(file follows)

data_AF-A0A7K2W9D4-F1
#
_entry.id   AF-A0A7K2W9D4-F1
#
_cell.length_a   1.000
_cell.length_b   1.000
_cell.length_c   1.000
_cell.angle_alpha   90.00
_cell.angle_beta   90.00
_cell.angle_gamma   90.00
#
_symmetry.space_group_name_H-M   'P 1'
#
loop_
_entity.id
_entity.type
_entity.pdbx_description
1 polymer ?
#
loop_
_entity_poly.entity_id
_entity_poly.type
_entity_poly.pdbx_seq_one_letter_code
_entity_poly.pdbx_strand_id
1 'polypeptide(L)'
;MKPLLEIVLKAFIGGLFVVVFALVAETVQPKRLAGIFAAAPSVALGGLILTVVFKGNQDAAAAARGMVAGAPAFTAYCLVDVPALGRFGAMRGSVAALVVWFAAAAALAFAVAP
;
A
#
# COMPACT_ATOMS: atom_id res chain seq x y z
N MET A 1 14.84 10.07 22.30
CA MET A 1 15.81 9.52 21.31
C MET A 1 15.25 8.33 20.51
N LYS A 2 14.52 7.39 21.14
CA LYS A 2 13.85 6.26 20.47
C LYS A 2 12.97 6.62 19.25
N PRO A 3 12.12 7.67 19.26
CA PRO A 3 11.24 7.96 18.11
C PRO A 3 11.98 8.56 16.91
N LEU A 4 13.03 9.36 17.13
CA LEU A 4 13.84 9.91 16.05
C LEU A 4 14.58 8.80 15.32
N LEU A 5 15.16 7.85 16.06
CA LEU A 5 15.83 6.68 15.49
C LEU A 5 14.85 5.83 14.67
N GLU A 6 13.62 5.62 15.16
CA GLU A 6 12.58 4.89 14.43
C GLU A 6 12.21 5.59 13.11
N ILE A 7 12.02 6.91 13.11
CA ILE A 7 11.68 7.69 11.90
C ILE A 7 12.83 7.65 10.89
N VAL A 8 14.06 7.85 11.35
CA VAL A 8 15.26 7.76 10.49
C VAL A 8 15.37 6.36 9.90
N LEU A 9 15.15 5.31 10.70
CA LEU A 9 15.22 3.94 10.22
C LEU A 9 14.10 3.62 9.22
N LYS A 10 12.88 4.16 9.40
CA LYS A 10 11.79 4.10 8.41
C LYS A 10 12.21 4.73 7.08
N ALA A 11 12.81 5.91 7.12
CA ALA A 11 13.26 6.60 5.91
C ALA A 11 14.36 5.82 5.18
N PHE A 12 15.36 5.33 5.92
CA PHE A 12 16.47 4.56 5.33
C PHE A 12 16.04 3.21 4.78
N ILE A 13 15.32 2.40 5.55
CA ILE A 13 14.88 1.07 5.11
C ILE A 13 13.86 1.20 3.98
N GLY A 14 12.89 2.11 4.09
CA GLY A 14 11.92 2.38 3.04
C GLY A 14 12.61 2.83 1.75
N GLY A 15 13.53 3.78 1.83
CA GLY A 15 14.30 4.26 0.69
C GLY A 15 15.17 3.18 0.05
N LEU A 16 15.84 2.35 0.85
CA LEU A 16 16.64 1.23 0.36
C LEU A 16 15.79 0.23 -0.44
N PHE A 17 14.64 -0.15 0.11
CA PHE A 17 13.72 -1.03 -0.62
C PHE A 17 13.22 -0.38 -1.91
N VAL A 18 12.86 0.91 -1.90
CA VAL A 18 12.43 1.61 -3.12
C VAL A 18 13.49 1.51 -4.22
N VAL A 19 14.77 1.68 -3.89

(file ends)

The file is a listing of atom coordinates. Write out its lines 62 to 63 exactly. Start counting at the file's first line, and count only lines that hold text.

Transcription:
CA ALA A 11 13.26 6.60 5.91
C ALA A 11 14.36 5.82 5.18